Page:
Here’s How Greece Can Dominate The Lucrative Global Olive Oil, Feta Cheese And Greek Yogurt Business
Financial distress and political turmoil persists in Greece. And now a Greek exit from the euro is what everyone is buzzing about these days.
However, there are numerous actions Greece can take to help turnaround its desperate financial position.
Earlier this year, consulting firm McKinsey & Co. just published a study titled Greece 10 Years Ahead: Defining Greece’s New Growth Model and Strategy. As its title would suggest, the report aims to lay out a new growth plan for the financially beleaguered country.
Among other things, McKinsey argues that Greece needs to be more involved in processing foods that currently leave its country as low margin unfinished goods. Greece has some of the most amazing food commodities in the world. However, it lacks the capacity to process it and sell it at high profit margins.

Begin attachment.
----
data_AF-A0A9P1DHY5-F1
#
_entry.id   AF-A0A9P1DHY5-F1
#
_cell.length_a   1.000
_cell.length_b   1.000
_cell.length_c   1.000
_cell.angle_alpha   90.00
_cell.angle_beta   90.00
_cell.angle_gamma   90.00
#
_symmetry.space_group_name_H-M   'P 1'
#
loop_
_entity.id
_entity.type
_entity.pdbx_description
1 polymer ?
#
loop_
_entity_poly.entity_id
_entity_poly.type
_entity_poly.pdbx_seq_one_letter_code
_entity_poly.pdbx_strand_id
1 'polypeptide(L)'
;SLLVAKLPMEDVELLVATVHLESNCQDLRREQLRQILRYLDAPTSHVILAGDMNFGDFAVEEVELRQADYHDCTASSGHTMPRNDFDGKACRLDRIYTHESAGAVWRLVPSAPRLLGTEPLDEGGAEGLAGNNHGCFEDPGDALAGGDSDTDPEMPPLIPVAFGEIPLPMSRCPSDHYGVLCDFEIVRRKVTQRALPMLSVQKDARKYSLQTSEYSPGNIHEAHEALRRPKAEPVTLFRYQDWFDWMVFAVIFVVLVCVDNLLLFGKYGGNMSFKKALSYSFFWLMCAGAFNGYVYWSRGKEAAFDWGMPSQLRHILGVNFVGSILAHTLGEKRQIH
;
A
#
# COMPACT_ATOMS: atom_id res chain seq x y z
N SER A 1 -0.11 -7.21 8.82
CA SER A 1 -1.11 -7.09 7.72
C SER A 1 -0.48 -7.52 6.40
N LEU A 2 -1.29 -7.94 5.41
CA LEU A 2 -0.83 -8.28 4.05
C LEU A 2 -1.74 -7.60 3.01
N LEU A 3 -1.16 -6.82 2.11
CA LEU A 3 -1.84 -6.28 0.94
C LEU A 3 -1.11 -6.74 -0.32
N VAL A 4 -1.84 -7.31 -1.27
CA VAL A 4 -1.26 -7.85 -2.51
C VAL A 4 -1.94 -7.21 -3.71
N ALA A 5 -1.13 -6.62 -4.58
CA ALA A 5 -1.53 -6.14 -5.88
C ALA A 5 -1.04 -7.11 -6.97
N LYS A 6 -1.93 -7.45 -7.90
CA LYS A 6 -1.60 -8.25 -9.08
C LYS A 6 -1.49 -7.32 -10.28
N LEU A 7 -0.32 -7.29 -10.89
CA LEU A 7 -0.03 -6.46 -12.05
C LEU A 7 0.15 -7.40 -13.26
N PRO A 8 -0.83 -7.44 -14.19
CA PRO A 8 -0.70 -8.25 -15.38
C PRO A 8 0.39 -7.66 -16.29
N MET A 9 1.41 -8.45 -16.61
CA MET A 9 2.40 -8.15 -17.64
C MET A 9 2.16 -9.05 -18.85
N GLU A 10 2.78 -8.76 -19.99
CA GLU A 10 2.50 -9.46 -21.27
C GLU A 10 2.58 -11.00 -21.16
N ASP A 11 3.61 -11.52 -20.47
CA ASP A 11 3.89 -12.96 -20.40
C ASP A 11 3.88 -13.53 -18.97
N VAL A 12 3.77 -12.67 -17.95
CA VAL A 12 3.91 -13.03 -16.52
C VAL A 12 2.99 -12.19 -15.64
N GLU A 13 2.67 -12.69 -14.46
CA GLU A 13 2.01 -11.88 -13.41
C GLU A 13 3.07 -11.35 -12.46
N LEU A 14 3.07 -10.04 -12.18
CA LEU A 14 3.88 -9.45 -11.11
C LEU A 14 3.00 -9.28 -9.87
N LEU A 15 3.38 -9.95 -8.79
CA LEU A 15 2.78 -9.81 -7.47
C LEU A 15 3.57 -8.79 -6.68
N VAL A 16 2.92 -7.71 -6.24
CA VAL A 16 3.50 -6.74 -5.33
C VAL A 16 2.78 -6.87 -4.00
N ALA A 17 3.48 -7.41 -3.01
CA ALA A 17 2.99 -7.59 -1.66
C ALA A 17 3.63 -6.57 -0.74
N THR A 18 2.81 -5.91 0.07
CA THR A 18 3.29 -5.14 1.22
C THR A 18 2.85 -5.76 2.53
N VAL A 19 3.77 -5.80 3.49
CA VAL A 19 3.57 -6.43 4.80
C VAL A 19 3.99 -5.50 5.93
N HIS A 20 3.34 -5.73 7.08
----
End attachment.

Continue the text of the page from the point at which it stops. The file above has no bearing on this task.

“Greece has significant potential to increase its output, boost exports and contain imports, especially in four major high-potential categories, namely oils & fats, fruits & vegetables, dairy, and bakery products,” writes the studies authors.
More from McKinsey’s report:
As an example, Greece is the 3rd largest olive oil producer worldwide and exports 60% of its output to Italy in bulk, yet in doing so allows Italy to capture an extra 50% premium on the price of the final packaged product. The fact that Greece holds only a 28% of the global ‘Greek Feta’ cheese market and 30% of the US ‘Greek Style’ yogurt markets, further reinforces a clear commercial opportunity for Greece.
Finished olive oil sells for €3.1/kg, but Greece sells it in bulk for €2.1/kg
An official Greek certification system can improve brand awareness.
This could help Greece boost its exports to big markets like North America, UK, and Germany.
Greece needs at least two plants for olive oil plants
Research source: BusinessInsiderDefining Greece's New Growth Model and Strategy in Global Olive Oil Business,